Interestingly, I also like to dabble in a bit of corporate law. Maybe it’s because I have started my own business, but I love to help people with the passion and the dedication to start something to learn how to protect themselves and their businesses. I am not the biggest fan of litigation for corporations, so I prefer to help organisations on the front end of their business put things in order to prevent having to go to court later down the road.

I also like a little bit of Intellectual property, and Fashion law.

BA: How were you able to build your passion for Human Rights Law? Were you inspired by any one in particular or did you do the research?

Salem: I think I went to law school with my heart pierced by human rights law. I heard about the atrocity of human trafficking and it was the one thing I could not get out of my mind, I knew that being a lawyer was the best way to fight against it. Serving survivors of human trafficking has been my motivation to study law.

As far as my other areas of interest, getting internships in things I thought were interesting and taking a lot of random classes helped me decide on what areas I wanted to practice in and what I did not really care about.

BA: Who is your role model in the legal profession?

Salem: That’s a hard question. I have quite a few, but my 3 three are:

  • My Dad: He is the greatest lawyer I know. He is retired from practice right now, but he loved the law so passionately and served his clients well. He actually never advertised for clients but was so good that people he had not even met referred clients to him. He practiced with humility and even though he fought ferociously for others, he never fought for himself.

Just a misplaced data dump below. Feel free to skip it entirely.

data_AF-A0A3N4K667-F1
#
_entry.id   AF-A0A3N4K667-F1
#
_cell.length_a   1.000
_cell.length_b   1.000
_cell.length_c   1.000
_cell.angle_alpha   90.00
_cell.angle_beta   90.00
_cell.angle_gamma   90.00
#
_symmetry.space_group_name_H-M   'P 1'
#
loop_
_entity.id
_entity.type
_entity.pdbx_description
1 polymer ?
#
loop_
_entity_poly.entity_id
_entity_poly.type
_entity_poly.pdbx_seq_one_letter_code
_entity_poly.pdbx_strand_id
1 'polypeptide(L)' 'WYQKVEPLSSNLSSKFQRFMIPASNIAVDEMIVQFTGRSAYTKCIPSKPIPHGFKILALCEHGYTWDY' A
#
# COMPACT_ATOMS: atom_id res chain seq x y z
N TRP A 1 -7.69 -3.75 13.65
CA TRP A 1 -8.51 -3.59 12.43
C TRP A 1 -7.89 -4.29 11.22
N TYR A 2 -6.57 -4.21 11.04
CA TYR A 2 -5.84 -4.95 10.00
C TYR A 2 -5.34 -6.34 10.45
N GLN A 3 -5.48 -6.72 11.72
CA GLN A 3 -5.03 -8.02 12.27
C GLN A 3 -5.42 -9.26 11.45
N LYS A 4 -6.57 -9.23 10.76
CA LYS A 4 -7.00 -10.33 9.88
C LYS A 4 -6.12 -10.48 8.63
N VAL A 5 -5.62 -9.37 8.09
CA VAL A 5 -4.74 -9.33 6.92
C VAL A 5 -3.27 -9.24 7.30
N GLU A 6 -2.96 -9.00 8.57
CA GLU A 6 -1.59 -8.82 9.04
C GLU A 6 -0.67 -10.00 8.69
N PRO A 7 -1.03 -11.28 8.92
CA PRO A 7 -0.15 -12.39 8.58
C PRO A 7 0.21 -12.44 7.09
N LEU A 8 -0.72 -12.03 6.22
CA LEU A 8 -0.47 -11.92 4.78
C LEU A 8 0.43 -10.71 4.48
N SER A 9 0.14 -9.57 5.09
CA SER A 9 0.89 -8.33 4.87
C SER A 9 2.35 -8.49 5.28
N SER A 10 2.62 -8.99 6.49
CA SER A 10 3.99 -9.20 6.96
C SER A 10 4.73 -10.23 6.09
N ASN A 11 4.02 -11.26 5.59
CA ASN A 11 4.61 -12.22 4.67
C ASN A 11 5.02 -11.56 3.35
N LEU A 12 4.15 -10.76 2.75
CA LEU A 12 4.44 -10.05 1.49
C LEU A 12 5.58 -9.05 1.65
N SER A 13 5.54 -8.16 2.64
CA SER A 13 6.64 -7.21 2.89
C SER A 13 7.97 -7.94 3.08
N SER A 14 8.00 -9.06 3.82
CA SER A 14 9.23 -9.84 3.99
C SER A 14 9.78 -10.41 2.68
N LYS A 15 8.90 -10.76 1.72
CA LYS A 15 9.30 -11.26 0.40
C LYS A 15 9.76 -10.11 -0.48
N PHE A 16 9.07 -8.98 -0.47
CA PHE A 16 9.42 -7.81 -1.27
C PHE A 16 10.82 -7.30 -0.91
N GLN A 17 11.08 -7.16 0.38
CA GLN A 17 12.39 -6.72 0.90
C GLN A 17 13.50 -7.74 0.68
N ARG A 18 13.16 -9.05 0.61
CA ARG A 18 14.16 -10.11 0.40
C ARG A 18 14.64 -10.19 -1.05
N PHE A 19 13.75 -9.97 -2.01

• Amal Clooney: I mean, as far as human rights go, she is it. Smart, beautiful, has the best sense of style and has actually made the world a better place.
  • Michelle Obama: Regardless of what people think about the Obama’s and their political decisions, I think we can all agree that Michelle is the epitome of a lawyer that lives by her own rule book. She has proven herself as very intelligent, very capable, a world changer and a woman who can integrate her value system into her career. She inspires me as a lawyer to make bold decisions and tailor my training as a lawyer into changing the world and be fashionable doing it. I’ll just leave here with one of my favorite Mrs. Obama quotes:

“First and foremost, I wear what I love. 

That’s what women have to focus on: what makes them happy and what makes them feel comfortable and beautiful. 

If I can have any impact, I want women to feel good about themselves and have fun with fashion”

BA: I’m sure you have long term goals, where do you hopefully see yourself in 10 years?

Salem: I do have a few long-term goals. One of the biggest ones is to be the first female president of Nigeria. I don’t know if that is in the cards for me, but I think I would make a good president in a few decades 🙂

I think by the next 10 years:

-I want to have established a good rhythm in my practice of law.